Tureen accessories / TUE 7-3-12 / Jewel box contents / Darling of baseball / Italian fashion house / Figure in a Rimsky-Korsakov opera / Hockey player Bobby / Princeton Review coursework

Tuesday, July 3, 2012

Constructor: Robyn Weintraub

Relative difficulty: NOT BAD

THEME: INSTERTION — that is, creating a new phrase by adding [STER] to the middle or end of a well-known phrase or name

Word of the Day: THANE (50D: Macbeth's title) —
The term thegn (or thane or thayn in Shakespearean English), from OE þegnðegn "servant, attendant, retainer", is commonly used to describe either an aristocratic retainer of a king or nobleman in Anglo-Saxon England, or as a class term, the majority of the aristocracy below the ranks of ealdormen and high-reeves. It is also the term for an early medieval Scandinavian class of retainers. (wikipedia)
• • •

Hello there! =0

Marvin here, filling in for Rex while he's on the other side of the world, in New Zealand.

This puzzle didn't strike me as particularly hard for a Tuesday; I cruised right through without any stumpers or overwrites, and the most likely words to cause a logjam (i.e. the three-letter sports names ORR and RON) were adequately crossed.

Gimmes were legion, from ARLO (16A: Singer Guthrie) all the way down to DORA (55D: Animated "Explorer").

Theme answers:
  • GO TEAM[STER] (17A: Cheer to an interstate trucker?)
  • WEB[STER] BROWSER (28A: One who peruses the dictionary?)
  • MINI[STER] COOPER (45A: Newsman Anderson with a theology degree?)
  • YO-YO MA[STER] (59A: One who's very good at rocking the cradle?)
Today's puzzle gets a load of bonus 'interesting points' through no fault of its own, as it comes less than 24 hours after Anderson COOPER publicly announced that he is gay, surprising no one, but possibly raising the ire of a MINISTER or two in the process.

There isn't a whole lot of consistency in how the theme is applied (add letters in the middle? at the end? phrases into phrases? names into phrases? names into phrases with names?), and I suspect if Rex were here, he'd come out with guns blazing, but the answers themselves aren't bad and I find it hard to hate when the pun-tacular YO-YO MA[STER] is the final pun-chline.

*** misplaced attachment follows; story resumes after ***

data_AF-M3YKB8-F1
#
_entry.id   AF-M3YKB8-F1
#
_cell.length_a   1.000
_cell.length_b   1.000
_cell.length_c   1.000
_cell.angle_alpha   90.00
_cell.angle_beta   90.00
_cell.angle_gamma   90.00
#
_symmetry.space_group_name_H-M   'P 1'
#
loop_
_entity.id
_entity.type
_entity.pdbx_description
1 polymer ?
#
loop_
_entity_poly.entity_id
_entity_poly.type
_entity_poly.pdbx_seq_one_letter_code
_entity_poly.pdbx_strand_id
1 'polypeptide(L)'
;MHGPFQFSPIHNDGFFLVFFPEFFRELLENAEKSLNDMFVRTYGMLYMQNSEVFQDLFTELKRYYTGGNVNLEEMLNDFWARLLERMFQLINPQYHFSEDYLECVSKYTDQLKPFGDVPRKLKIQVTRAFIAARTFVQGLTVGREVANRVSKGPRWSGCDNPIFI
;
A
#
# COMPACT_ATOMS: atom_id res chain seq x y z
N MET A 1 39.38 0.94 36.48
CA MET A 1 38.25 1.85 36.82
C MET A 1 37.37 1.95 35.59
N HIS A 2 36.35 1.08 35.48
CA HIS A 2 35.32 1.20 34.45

That said, today did feel a little flat with the cluing, with so many words clued in an 'obvious' way (cf. DOG (1D: Toto, for one), CART (41D: Golfer's vehicle)) that felt like missed opportunities, even by Monday standards.  I had visions of Siem REAP (not far from LAOS) and Fort TRYON Park dancing in my dreams soon after finishing.

On a better note, the fill was surprisingly straightforward, with only ATRA (20A: Razor brand) and AFIRE (35D: Burning) meriting a raised eyebrow.

  • 25A: "Sometimes you feel like ___" (A NUT) — "...sometimes you don't."  From the Almond Joy/Mounds ads.  A gimme if you remember the commercials, a possible head-scratcher if you don't.
  • 27A: Word repeated in both James Bond and Justin Bieber film titles (NEVER)  — My first thought was BABY but that didn't line up with Bond or the five-letter blank.
  • 58A: Commotions (ADOS)  — This, crossed with the Macbeth-clued THANE, lent a decidedly Shakespearean flavor to the SW corner.
  • 6D: Jewel box contents (CDS)  — Initially thought GEM, but I didn't trust it and the clue suggested a plural.  Had to get it on crosses; I usually think of the CD holders as 'jewel cases', not boxes.
  • 10D: Tureen accessories (LADLES)  — Notable mainly for the five-dollar word in the clue; I only learned it a couple months ago from reading The Hunger Games, which, oddly enough, has a disturbing fascination with tureens.
  • 29D: U-turn from NNE (SSW)  — A departure from the usual geographical compass clues, but as noted above, one requiring much less brain power than usual.
  • 36D: In medias ___ (RES)  — One of those where you either know it or you don't (or you know enough Latin to BS your way through).  I mostly remember it from Alan W. Pollack's musicological analysis of the Beatles' "Girl".
And there you have it!  Mooching off Rex's fame for a day is a dream come true (see right).  The parade of magical mystery bloggers continues tomorrow.

See you soon, hopefully!

Signed, Marvin, THANE of CrossWorld
(because Governor General was taken)


Rex Parker 3:02 AM  

More manga / anime pics!

Nice job, Marvin. Thanks,

Anwar Carta Meadows 3:17 AM  

This is only the second puzzle of this constructor and I think really nice and solid.
Very hard to add four letters to phrases and still make such good sense.
Usually it's coler if those letters are a word in itself, like STIR, like a reverse rebus, but this was great!

As Marvin said, YOYOMA+STER, how can you not love that!
And altho it seems willy nilly where the STER is placed, it is actually less all over upon closer inspection...two on the ends of phrases, two in the middle.

And cool bit of synchronicity about mini cooper, minister cooper and Anderson Cooper's coming out all on the same day...Will is prophetic!

(@Marvin, as I'm just coming in from my monthly Beatles singalong, I thank you for the wonderful link to "Girl"!!!
Tonight for me was a warbly "I only want to dance with You")

Evan 3:38 AM  
This comment has been removed by the author.
Evan 3:40 AM